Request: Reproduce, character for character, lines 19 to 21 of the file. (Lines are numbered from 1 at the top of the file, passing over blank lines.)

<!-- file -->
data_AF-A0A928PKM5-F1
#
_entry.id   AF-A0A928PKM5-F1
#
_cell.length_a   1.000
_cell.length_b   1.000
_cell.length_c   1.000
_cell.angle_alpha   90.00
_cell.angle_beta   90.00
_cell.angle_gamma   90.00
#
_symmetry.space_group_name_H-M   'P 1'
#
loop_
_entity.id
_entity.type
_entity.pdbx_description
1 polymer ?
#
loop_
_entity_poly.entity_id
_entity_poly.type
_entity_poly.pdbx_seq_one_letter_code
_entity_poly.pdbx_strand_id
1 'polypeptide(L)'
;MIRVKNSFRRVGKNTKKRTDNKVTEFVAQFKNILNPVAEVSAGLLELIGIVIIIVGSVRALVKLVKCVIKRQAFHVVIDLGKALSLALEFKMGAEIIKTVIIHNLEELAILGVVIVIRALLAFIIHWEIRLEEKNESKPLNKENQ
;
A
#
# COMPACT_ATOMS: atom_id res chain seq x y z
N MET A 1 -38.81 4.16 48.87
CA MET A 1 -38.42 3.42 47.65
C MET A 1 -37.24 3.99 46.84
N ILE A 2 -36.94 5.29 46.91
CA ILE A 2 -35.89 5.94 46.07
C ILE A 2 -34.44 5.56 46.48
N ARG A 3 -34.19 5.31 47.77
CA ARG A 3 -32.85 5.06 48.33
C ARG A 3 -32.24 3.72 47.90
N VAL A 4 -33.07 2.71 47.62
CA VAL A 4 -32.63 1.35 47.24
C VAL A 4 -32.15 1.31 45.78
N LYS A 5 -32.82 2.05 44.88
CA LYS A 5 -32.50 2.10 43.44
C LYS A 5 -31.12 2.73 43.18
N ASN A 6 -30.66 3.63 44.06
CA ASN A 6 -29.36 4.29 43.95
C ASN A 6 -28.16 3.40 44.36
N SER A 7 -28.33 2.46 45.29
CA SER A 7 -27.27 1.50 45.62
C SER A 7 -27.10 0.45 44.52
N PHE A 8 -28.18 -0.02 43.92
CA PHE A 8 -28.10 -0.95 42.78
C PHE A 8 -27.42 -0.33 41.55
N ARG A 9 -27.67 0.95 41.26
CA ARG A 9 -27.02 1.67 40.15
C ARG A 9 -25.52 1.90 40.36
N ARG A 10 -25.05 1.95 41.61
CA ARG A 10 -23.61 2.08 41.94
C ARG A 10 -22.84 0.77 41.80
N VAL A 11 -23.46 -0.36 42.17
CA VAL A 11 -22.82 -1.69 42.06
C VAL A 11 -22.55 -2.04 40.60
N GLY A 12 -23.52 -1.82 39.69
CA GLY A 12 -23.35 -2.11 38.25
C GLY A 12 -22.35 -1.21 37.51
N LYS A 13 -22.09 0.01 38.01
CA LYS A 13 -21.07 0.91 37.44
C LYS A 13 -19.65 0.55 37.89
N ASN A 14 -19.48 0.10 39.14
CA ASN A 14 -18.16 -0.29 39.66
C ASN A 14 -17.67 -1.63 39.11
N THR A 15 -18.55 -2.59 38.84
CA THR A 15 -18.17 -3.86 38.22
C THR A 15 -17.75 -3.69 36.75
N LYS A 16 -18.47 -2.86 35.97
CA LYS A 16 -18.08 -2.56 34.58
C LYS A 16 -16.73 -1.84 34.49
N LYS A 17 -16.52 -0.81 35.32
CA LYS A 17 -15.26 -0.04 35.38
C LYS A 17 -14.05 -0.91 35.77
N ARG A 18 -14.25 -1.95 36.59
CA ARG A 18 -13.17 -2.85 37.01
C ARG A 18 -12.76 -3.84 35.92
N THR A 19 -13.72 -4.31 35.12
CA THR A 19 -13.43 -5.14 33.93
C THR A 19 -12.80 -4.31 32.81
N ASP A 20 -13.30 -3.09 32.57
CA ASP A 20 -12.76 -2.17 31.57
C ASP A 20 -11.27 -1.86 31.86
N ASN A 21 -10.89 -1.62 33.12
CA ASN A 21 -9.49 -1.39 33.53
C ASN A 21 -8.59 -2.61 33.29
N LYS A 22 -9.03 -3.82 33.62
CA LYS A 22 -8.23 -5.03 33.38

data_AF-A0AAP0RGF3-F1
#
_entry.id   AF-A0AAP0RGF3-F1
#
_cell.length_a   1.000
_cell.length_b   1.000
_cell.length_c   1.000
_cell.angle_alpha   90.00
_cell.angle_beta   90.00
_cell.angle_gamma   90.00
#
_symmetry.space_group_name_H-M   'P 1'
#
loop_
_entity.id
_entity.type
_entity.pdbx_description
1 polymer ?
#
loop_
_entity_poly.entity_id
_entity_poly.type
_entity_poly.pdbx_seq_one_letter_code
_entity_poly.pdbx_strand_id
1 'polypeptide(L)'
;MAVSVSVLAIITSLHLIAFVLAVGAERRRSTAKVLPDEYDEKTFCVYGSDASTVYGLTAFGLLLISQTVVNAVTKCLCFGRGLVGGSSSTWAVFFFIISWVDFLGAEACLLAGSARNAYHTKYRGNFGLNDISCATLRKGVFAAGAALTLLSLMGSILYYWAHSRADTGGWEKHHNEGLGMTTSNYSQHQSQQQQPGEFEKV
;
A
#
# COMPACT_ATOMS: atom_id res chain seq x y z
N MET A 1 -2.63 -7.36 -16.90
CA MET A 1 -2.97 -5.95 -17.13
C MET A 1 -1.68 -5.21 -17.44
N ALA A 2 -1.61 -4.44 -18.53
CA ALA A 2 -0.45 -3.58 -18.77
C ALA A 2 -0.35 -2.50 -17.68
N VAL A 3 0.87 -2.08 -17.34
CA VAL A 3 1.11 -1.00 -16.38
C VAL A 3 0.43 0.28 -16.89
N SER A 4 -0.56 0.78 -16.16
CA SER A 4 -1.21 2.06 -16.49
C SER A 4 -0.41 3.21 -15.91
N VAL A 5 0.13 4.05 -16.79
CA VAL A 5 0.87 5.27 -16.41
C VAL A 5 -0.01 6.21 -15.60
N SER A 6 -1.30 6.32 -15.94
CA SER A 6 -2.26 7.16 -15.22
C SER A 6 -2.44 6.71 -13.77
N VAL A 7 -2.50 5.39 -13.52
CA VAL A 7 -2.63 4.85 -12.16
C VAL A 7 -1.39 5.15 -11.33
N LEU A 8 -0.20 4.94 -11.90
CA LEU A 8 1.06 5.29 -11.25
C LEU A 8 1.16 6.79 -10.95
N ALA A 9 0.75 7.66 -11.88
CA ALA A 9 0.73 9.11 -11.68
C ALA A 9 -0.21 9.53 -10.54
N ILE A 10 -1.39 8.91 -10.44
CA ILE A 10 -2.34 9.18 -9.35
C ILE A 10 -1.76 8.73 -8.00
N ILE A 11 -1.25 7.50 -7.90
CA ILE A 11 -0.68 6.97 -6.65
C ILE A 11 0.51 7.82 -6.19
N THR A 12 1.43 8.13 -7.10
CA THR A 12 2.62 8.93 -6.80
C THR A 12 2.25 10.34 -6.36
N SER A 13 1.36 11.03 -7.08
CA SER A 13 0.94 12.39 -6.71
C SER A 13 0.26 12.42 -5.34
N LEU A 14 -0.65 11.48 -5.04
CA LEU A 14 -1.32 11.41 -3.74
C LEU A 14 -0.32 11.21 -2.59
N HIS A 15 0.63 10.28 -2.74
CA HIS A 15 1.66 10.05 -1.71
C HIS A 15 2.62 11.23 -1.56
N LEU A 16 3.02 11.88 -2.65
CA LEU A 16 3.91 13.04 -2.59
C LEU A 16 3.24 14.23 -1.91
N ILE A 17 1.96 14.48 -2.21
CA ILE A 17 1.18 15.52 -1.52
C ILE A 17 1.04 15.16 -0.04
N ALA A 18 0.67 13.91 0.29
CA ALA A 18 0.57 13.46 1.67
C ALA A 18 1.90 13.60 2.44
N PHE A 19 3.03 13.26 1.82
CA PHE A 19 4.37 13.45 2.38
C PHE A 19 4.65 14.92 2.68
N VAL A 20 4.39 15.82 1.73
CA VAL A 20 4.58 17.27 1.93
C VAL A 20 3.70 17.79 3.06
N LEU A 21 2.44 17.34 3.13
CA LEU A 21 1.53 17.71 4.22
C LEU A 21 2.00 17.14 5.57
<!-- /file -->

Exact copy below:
#
loop_
_entity_poly.entity_id